Gabapentin is used to help control partial seizures in epileptic patients. The medication must be taken regularly in order to continue to control seizures. This drug has also been used to control postherpetic neuralgia, or the pain that occurs after a patient suffers from shingles. In some cases, Gabapentin has also been used to treat Restless Leg Syndrome, the relief of pain from minor injuries or arthritis. Medication is strictly prescribed, so patients will need to attend regular check-ups to determine the proper dosage of the medication.
Gabapentin is available in capsule, suspension, tablet, and solution forms. Each will have its own particular instructions so talk to your doctor about the best way to take it. Tablets should be taken with your evening meal, ideally around 5 p.m. The capsule version can be taken without food. If you are using Gabapentin for Restless Leg Syndrome it should be taken before bed. Those using the drug for epilepsy should not allow more than 12 hours to pass between doses and should try to take doses at similar times each day. Tablets can be broken into two pieces if necessary. Do not crush or chew the pills.
Common side effects of Gabapentin include clumsiness and rolling eye movements. These side effects are not necessarily dangerous and may go away as your body becomes more used to the medication. However, it is still important to inform your physician to monitor your condition. If these side effects do not cease or if they worsen, seek immediate medical attention.
Children using Gabapentin saw an increase in mental side effects. These include aggressive behavior, anxiety, concentration problems, depression or crying, hyperactivity, rapidly changing moods, overly emotional responses, or restlessness. These reactions were not always exclusive, so it is important to watch your child carefully for any behavior or emotional responses that are abnormal. If these reactions persist or seem to be extreme then it is important to contact your physician.
Less common side effects included sinus or lung issues such as chest pain, cough, shortness of breath, sores in the mouth, or sore throat. These are not usually severe and resolve with time. If any of these symptoms persist, consult your physician. If any of these symptoms impact your ability to eat or breathe seek emergency care.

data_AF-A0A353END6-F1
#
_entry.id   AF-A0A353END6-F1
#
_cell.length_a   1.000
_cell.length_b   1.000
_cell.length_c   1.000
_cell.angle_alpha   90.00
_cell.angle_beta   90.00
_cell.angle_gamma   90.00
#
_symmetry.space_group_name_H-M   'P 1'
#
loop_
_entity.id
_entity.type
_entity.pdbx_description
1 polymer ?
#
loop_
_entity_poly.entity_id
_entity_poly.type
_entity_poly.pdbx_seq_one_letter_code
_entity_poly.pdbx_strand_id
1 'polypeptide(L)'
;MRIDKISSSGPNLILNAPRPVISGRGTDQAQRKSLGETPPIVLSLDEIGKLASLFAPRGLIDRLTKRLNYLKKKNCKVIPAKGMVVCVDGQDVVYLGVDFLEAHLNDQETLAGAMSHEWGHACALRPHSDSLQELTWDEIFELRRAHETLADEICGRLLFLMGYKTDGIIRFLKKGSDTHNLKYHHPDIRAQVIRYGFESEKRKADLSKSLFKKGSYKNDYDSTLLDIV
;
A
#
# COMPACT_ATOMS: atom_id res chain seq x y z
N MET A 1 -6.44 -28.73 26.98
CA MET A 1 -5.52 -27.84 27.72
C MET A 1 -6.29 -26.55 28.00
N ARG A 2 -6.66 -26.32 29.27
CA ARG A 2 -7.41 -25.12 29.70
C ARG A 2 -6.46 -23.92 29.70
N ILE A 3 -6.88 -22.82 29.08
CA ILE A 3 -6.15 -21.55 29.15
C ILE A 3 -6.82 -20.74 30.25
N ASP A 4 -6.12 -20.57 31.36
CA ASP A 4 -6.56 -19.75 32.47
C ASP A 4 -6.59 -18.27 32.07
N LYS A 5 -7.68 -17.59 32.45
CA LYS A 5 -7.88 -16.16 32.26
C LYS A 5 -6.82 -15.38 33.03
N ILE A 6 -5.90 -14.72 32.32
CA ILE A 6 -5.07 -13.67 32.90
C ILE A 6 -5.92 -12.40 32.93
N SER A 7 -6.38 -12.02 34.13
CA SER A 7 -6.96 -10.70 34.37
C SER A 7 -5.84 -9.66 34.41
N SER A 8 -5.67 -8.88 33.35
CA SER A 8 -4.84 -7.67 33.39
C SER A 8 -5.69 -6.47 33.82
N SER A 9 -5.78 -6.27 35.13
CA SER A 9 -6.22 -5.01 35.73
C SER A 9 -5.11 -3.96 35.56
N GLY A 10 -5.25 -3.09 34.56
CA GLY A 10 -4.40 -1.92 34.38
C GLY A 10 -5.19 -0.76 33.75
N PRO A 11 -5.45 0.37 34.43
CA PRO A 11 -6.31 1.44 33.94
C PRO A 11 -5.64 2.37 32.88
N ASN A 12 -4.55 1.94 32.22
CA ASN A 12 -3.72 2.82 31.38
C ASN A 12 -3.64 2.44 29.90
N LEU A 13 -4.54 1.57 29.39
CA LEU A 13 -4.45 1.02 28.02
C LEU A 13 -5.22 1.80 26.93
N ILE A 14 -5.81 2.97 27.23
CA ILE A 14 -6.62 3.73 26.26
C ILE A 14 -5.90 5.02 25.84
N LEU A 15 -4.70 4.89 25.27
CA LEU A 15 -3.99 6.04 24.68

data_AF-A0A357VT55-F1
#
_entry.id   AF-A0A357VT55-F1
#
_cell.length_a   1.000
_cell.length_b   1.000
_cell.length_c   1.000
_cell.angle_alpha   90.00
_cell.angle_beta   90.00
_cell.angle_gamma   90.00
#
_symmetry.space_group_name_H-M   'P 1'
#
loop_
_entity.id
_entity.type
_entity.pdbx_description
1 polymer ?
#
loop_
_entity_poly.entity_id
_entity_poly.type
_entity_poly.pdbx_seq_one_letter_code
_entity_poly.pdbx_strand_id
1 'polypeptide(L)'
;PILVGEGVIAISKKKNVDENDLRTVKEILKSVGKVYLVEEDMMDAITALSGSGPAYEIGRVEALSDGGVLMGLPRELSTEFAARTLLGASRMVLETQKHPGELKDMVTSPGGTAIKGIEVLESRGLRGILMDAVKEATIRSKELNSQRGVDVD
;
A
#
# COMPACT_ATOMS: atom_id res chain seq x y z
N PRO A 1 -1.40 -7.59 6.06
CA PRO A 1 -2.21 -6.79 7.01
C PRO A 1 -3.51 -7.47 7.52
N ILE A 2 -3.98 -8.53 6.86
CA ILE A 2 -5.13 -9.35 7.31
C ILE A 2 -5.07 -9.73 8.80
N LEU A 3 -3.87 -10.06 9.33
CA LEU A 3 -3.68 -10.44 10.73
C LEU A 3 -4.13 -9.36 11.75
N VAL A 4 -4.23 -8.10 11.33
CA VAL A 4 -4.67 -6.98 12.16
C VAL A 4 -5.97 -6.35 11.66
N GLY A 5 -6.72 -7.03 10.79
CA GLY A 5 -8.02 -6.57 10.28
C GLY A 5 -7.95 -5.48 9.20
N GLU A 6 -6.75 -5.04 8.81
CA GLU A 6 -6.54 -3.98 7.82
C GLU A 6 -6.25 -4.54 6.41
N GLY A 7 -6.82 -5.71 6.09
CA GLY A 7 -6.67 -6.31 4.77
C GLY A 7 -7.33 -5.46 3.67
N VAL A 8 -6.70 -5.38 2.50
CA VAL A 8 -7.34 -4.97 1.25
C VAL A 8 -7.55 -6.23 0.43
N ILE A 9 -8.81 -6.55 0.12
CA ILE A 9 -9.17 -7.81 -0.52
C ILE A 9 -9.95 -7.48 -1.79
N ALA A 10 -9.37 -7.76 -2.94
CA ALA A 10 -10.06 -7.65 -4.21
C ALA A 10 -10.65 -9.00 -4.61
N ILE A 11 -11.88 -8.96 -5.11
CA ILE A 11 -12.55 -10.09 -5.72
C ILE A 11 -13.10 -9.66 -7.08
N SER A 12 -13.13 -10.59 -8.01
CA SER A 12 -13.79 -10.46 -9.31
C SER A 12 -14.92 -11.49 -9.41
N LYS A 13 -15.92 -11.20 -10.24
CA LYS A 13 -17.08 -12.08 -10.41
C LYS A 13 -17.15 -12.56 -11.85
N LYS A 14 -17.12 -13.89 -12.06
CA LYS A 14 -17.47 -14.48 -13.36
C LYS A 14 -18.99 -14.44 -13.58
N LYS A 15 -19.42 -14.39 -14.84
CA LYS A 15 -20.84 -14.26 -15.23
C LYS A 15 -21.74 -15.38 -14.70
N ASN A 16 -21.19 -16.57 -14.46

Circulation issues were also reported in some patients. Fever, blood in the stool, unusual bleeding, bruising, unexplained weakness, loss of memory, or swollen glands and limbs have been reported. These side effects could be symptomatic of a more serious reaction, so it is critical that you report them immediately. A diagnostic exam can determine the extent of the issue and whether or not it is safe to continue taking Gabapentin.
Very rare cases have shown allergic reactions. Watch for swelling of the limbs, face or reproductive organs to determine if you are having a reaction to your mediation. This includes blistering or peeling of the skin. Some patients have also reported blurred vision or increased thirst. Any rashes, redness, yellowing, or odors that cannot be explained should be reported to your doctor right away. Do not ignore these symptoms as they can become worse and more dangerous over time. Do not stop taking Gabapentin without speaking to your doctor first. This is especially important for those who are using the drug to treat epileptic seizure.
There are no specific warnings for prescribing Gabapentin to children or seniors. However, it is important to discuss your medical history and undergo a diagnostic exam before starting a prescription. This will reveal any health issues that may complicate drug use.
Studies have shown that Gabapentin may cause harm to unborn children, so pregnant women should avoid use of the product if possible. Research shows that Gabapentin is excreted into breast milk. Talk to your doctor about whether or not it is safe to use this product while breastfeeding and be sure to attend follow up appointments to monitor any potential side effects experienced by your infant.
Gabapentin should NOT be used alongside any other medications that include isoniazid, phenothiazines, or tricyclic antidepressants. These can significantly increase the risk of seizures. Bacterial vaccines, blood thinners, diabetes drugs, anti-inflammatories, and corticosteroids should also be avoided. Tell your doctor if you are on a regimen that includes Naproxen, Hydrocodone, Morphine, Cimetidine, or Antacids. These drugs can conflict with your body's ability to absorb the medication, which can lead to serious side effects.
Talk with your physician before consuming alcohol while on gabapentin. In some cases there is little to no risk, while others may experience side effects. If you experience serious drowsiness, confusion, or dizziness while consuming alcohol during a gabapentin dose, contact medical services immediately. They will be able to help you evaluate your risk and determine if you need emergency care.